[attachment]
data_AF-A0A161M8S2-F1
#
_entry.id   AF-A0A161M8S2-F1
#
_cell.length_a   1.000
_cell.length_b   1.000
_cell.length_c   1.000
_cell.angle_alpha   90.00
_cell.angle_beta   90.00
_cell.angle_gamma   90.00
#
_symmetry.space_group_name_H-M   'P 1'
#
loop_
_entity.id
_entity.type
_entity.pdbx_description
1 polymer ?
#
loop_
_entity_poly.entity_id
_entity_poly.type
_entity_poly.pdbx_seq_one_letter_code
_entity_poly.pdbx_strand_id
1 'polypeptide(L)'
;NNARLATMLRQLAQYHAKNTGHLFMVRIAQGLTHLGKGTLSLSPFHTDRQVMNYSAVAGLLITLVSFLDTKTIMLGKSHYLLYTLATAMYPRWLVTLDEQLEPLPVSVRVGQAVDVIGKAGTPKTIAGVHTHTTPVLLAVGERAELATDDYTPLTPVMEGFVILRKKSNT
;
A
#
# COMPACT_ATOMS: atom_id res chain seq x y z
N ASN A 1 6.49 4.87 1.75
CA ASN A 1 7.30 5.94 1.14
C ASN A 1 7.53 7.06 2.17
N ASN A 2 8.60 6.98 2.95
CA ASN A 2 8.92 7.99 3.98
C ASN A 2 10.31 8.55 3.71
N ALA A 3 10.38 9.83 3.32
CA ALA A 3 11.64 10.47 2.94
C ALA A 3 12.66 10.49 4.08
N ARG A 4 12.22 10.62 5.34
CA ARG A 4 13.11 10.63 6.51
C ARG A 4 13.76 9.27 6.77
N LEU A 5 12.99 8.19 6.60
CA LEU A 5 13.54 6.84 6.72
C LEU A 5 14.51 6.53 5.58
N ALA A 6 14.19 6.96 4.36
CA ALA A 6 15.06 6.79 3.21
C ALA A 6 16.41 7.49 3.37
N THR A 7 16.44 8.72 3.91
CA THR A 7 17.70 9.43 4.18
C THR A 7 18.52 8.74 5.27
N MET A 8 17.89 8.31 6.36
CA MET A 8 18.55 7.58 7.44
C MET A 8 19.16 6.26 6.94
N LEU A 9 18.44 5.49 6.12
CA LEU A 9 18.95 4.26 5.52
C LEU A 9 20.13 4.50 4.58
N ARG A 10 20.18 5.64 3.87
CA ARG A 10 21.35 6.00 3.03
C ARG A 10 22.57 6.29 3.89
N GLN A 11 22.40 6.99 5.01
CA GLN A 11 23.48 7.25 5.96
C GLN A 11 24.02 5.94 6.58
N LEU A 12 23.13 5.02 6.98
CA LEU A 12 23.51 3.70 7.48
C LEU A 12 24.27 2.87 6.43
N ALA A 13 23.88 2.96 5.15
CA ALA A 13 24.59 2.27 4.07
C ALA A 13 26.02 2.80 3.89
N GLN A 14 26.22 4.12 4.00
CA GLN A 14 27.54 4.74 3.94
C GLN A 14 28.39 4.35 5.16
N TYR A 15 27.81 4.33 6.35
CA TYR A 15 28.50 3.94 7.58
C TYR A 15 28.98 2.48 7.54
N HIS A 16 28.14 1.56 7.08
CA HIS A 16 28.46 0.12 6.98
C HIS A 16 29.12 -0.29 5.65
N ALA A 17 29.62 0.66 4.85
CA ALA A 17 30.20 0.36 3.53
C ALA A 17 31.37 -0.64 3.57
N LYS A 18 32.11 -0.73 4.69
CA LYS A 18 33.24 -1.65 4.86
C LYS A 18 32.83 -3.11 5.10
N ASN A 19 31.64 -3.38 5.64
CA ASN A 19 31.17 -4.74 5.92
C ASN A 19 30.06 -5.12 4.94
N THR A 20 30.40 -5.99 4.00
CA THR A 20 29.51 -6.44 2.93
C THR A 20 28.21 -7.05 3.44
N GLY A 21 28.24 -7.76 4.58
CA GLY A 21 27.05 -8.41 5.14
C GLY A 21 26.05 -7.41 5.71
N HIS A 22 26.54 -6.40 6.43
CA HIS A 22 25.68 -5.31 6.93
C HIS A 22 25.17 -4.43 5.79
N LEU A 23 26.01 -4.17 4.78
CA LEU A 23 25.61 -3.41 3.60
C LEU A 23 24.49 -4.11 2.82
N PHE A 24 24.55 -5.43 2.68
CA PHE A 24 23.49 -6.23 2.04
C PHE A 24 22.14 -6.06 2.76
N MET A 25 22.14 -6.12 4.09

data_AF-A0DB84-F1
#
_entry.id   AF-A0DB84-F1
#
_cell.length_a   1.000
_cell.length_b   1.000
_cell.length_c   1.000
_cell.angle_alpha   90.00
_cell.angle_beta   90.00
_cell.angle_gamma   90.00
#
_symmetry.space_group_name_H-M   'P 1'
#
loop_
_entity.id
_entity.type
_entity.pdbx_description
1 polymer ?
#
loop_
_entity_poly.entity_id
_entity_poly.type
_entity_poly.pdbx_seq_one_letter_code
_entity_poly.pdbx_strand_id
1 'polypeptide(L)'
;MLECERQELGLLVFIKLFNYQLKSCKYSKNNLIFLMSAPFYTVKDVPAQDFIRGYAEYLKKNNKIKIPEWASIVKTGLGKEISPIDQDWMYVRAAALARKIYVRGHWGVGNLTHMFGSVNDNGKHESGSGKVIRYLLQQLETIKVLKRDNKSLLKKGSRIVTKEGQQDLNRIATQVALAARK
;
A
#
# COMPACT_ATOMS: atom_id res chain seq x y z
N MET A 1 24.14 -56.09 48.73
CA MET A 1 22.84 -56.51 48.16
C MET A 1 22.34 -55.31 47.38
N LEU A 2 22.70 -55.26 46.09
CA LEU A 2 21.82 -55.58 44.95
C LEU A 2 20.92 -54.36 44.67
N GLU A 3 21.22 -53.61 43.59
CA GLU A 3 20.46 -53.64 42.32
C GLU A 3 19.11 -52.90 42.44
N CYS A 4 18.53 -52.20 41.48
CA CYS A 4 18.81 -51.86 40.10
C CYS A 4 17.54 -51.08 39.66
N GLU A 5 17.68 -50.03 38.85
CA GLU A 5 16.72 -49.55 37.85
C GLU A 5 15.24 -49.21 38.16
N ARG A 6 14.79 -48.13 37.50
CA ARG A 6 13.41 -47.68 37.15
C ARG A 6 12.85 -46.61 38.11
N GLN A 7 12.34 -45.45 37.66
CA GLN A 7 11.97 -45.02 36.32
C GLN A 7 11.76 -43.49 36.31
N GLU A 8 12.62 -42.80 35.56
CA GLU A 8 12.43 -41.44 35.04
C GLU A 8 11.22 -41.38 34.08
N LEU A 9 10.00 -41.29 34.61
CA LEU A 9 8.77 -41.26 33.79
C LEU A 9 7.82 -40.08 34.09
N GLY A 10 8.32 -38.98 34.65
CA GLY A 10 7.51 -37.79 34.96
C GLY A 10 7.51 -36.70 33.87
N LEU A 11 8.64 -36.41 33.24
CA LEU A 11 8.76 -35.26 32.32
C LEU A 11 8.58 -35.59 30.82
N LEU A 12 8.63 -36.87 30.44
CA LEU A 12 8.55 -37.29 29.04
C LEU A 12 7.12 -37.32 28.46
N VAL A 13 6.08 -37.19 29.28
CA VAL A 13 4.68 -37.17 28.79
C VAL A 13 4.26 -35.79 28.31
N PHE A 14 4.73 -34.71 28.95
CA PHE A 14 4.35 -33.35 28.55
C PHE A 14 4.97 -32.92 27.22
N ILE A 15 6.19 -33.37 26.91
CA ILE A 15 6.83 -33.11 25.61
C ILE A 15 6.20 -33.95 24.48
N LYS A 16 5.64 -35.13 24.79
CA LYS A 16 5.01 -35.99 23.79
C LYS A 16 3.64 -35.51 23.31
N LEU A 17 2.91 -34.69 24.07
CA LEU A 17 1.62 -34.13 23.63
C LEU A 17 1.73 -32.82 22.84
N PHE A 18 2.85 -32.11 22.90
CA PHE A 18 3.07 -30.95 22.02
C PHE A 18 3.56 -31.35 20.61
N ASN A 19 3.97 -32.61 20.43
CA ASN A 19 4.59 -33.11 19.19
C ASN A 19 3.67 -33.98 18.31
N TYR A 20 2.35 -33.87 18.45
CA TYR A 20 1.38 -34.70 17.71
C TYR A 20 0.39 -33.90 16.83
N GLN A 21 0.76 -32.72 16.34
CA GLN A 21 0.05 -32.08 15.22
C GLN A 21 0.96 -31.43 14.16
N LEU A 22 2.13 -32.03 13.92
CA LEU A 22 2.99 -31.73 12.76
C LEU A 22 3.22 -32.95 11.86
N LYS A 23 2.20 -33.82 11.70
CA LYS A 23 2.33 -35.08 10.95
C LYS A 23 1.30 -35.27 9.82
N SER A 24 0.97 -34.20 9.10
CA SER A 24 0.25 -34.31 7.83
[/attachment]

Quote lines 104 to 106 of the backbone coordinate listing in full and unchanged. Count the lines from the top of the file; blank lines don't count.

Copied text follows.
data_AF-A0DB84-F1
#
_entry.id   AF-A0DB84-F1